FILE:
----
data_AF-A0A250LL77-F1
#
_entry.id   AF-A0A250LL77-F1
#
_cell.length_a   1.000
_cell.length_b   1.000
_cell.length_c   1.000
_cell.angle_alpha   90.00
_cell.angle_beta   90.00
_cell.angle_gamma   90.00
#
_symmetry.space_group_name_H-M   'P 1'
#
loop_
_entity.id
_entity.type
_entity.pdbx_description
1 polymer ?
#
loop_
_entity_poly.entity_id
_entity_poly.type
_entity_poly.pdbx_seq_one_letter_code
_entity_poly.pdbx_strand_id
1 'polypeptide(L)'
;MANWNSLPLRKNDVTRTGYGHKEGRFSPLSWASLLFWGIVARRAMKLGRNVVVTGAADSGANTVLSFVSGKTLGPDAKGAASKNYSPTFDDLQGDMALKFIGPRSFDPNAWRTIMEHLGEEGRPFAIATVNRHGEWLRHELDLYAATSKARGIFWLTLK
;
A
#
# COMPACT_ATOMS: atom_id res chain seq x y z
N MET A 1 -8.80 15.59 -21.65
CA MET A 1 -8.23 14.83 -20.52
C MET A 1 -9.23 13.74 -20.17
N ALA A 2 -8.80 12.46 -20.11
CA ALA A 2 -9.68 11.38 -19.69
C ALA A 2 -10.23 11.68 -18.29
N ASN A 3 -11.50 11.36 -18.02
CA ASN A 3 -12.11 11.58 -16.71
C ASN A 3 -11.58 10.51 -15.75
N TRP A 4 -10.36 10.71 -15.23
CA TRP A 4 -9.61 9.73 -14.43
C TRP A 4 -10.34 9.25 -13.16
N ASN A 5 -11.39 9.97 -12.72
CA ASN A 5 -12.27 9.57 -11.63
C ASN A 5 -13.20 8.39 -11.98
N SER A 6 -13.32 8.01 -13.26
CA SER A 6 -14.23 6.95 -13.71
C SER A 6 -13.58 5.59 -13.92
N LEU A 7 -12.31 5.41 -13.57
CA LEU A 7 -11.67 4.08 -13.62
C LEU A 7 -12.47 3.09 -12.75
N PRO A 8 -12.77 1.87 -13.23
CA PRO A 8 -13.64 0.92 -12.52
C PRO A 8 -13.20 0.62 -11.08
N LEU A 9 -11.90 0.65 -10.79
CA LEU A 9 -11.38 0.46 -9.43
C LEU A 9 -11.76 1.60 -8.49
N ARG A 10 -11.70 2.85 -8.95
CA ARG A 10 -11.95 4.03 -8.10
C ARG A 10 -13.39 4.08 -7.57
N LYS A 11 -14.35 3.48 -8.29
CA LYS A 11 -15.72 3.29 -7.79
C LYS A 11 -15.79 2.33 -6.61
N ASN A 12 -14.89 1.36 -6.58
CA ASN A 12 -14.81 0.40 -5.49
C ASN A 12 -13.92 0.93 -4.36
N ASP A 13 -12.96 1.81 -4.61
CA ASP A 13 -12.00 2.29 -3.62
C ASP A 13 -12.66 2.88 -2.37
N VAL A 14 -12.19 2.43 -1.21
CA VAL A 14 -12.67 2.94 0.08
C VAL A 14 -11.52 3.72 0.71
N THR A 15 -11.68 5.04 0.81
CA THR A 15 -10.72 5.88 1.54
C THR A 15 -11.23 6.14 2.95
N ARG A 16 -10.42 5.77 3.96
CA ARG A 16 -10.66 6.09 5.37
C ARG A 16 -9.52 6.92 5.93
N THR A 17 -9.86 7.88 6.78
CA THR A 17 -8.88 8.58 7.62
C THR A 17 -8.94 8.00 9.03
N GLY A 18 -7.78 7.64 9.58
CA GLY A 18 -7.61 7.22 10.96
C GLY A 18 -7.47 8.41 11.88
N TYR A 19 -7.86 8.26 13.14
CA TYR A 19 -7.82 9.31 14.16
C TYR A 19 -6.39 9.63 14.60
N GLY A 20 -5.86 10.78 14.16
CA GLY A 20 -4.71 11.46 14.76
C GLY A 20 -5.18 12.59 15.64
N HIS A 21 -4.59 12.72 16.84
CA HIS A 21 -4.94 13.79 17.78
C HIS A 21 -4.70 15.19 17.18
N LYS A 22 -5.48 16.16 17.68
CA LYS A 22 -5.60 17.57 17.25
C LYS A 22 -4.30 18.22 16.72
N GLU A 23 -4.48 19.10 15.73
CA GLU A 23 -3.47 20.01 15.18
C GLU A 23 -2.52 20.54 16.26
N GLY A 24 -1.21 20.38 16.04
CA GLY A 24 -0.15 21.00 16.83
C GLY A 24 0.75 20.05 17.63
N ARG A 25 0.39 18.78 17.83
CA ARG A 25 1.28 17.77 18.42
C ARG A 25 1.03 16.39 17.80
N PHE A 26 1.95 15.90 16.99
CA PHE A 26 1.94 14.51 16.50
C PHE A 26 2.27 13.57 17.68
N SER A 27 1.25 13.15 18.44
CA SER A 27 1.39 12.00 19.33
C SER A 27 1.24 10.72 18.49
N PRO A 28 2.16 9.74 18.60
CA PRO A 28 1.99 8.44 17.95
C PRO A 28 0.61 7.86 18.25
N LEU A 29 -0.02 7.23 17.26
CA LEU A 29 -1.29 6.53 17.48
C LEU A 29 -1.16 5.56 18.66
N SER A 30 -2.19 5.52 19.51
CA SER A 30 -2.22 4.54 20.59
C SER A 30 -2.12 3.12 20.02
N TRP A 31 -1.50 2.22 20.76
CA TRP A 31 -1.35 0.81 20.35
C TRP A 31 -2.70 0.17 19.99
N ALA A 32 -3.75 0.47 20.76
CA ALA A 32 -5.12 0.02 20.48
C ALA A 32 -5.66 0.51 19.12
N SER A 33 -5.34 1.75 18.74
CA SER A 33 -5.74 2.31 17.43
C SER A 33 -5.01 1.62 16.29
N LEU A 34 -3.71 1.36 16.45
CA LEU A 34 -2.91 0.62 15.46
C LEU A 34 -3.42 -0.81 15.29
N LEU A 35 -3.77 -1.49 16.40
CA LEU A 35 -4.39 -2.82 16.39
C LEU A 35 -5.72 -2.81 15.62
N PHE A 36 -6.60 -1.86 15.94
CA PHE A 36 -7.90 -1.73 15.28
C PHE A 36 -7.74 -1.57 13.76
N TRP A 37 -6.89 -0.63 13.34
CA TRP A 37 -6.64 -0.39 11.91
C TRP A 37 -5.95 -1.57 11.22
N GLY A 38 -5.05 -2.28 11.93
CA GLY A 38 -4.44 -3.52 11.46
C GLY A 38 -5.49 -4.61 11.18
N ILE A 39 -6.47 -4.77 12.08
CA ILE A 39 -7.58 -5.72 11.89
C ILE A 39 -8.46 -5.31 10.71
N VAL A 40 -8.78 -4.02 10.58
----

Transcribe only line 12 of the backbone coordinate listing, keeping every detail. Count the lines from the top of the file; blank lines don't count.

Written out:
_symmetry.space_group_name_H-M   'P 1'